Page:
The Daily Tar Heel

Serving the students and the University community since 1893

Sunday May 28th

Snow causes damages, costs the University

UNC took a beating from the polar vortex back in February — and so did its wallet.

Last month, the University cancelled classes and closed offices for several days due to severe weather.

More than canceled classes

snow’s estimated impact through Feb. 20

52.4 percent
decrease in transactions campus-wide from Feb. 12 to 14

43 percent
decrease in transactions at Lenoir Dining Hall

In the process, UNC lost revenue from student-frequented places, and students lost class time. The University also had to deal with additional costs that come with the snow days.

The costs are estimated to be more than $900,000 through Feb. 20 for the Division of Finance and Administration, said Janet Kelly-Scholle, director of finance communication and training. The division includes the Department of Public Safety, facilities services and student stores, among other entities.

Kelly-Scholle said the cost included system failures, meals for emergency employees who worked during the school’s closure and tow fees. There were also supply and equipment costs as well as repair costs for grounds and roadways.

She said the estimate did not include landscape repair and restoration or extra compensation for emergency employees.

Kelly-Scholle said staff costs were the highest.

Neel Ahuja , an English professor, said his salary wasn’t affected because it is a set amount — but he did have to cancel class, reduce readings and shift material.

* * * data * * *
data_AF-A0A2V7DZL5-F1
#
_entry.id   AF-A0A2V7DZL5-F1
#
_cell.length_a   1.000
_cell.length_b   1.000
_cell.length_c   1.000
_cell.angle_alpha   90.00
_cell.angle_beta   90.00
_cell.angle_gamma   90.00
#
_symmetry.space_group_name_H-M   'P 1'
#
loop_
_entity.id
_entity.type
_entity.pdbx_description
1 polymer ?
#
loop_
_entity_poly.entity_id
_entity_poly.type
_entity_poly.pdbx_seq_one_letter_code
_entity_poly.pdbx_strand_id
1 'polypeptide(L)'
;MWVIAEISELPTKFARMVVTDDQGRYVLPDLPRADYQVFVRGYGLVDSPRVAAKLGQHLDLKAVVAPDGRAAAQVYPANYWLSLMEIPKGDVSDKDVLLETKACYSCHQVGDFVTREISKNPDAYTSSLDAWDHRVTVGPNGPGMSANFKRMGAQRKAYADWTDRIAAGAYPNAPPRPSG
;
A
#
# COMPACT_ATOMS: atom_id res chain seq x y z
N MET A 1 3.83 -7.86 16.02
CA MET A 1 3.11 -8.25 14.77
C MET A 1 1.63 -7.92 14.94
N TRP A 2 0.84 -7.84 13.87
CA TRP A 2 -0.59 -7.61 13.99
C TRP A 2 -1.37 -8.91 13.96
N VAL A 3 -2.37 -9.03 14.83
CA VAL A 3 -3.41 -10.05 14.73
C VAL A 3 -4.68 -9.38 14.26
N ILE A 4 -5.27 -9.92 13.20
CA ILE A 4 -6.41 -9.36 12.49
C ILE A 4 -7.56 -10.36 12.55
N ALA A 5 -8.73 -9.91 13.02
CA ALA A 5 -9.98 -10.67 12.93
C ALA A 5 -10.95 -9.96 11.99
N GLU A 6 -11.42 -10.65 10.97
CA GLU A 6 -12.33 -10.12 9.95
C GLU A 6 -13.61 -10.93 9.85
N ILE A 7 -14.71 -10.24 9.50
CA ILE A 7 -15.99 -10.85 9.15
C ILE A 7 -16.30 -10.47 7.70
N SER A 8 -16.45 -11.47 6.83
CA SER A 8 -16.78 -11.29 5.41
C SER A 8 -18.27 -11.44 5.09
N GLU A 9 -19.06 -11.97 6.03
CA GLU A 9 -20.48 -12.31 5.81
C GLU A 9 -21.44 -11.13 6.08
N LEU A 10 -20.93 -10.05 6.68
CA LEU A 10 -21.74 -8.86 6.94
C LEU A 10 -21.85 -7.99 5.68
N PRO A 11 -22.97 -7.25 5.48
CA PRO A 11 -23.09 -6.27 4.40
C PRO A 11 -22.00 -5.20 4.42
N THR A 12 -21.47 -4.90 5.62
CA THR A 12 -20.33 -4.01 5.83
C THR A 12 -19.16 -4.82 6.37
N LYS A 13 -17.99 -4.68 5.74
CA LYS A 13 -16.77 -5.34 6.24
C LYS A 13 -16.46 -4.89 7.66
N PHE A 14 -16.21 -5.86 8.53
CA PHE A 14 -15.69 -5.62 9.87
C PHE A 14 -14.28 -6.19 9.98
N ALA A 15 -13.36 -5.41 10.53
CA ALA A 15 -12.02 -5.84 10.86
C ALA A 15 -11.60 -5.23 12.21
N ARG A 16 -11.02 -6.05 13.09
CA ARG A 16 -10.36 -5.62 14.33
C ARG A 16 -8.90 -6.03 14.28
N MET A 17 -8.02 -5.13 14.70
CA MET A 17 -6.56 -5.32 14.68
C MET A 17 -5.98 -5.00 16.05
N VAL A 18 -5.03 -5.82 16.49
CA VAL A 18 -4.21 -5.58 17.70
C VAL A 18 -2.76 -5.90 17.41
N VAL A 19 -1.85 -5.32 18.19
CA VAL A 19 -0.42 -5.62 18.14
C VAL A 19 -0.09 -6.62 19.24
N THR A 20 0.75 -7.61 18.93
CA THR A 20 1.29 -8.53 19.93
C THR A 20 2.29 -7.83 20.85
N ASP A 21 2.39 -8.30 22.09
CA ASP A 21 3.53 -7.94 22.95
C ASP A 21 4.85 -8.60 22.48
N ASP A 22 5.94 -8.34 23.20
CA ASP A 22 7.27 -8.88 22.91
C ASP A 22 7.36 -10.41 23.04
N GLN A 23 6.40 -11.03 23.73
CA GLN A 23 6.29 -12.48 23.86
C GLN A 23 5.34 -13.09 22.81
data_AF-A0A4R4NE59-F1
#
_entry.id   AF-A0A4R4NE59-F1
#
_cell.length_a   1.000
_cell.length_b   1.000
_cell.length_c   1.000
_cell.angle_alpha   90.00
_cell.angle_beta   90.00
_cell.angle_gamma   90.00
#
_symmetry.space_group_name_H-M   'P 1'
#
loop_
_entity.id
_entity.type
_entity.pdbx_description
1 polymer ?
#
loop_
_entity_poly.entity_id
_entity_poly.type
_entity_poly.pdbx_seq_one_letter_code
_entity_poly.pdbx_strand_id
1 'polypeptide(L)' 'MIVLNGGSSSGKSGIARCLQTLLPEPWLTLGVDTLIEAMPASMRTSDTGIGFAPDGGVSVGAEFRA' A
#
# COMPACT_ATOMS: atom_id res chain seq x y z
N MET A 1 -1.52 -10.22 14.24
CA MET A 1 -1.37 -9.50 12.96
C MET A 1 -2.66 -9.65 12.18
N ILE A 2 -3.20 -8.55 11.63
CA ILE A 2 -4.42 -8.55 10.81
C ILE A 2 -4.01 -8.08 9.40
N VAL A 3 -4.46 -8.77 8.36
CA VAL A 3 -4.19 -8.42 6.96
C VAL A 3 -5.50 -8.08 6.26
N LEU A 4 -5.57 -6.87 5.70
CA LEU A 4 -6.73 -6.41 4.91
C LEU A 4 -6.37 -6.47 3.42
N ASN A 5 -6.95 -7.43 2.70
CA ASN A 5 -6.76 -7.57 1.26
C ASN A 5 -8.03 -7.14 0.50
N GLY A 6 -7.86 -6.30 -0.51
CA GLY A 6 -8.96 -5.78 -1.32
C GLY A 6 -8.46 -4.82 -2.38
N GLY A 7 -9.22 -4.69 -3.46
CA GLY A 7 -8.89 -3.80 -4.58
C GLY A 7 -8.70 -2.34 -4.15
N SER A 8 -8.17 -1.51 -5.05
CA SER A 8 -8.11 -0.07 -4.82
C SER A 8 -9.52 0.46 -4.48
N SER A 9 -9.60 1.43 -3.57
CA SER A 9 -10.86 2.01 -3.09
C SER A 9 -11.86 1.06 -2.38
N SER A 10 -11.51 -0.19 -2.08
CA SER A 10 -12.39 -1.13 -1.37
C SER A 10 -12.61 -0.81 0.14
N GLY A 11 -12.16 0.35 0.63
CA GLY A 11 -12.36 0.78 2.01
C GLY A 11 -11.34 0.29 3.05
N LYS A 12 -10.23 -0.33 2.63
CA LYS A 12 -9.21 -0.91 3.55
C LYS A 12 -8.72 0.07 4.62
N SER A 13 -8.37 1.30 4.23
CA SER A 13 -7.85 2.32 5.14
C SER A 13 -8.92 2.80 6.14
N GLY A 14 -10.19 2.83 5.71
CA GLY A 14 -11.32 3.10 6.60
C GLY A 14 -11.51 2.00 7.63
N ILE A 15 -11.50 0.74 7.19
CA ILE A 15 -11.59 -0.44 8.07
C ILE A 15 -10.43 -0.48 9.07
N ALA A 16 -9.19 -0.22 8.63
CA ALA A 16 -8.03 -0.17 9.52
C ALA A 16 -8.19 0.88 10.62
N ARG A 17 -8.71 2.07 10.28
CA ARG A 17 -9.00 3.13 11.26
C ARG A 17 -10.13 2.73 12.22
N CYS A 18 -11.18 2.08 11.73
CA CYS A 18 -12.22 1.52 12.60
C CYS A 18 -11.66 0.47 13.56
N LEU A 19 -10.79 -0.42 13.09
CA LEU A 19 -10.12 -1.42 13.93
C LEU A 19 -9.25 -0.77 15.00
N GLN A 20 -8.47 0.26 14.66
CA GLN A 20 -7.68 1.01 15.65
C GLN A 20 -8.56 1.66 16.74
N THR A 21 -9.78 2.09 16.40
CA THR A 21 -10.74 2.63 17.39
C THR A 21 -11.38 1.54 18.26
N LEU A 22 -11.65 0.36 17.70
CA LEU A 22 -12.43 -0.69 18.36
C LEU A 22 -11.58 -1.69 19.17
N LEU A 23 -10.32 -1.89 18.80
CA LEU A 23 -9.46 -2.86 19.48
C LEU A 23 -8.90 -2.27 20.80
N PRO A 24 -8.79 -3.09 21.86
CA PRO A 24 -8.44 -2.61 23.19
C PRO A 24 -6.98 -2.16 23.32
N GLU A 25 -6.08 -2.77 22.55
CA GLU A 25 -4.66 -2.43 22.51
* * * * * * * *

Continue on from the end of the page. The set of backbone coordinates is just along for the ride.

“I also had to postpone paper deadlines, which is great for students, but also bad for students because then you don’t have those measures of your performance. You don’t get grades back as quickly,” he said.

Students were also not able to go to other campus locations, such as Student Stores.

John Gorsuch , director of Student Stores, said the most money was probably lost at the Pit Stop and The Daily Grind.

Gorsuch said the total loss of revenue for the store is negligible.

“I believe a lot of (sales are) just delayed. (Students) just buy it after the store opens back up again,” he said.

Brandon Thomas, spokesman for Carolina Dining Services, said CDS also lost money because of the school closings.

Thomas said from Feb. 12 to Feb. 14, transactions were down 52.4 percent campuswide. Transactions actually increased for Rams Head Dining Hall, going up 36 percent, and also at Rams Head Market & Subway, despite reduced hours. Transactions at the Top of Lenoir were down 43 percent.

Thomas said CDS was able to prepare beforehand.

“On any given day there’s like a three-day supply of food in the main dining halls,” he said. “But seeing that the storm was coming, they had the opportunity to stock up and really have supplies on hand,” he said.

Kelly-Scholle said most of the costs are absorbed into a specific unit’s budget. She also said UNC has reserves that it can use to cover circumstances like polar vortexes.

Thomas said the reduced hours were worth any lost revenue for safety reasons alone.

“Whenever there’s students on campus, the goal is to feed them and that was accomplished,” he said.

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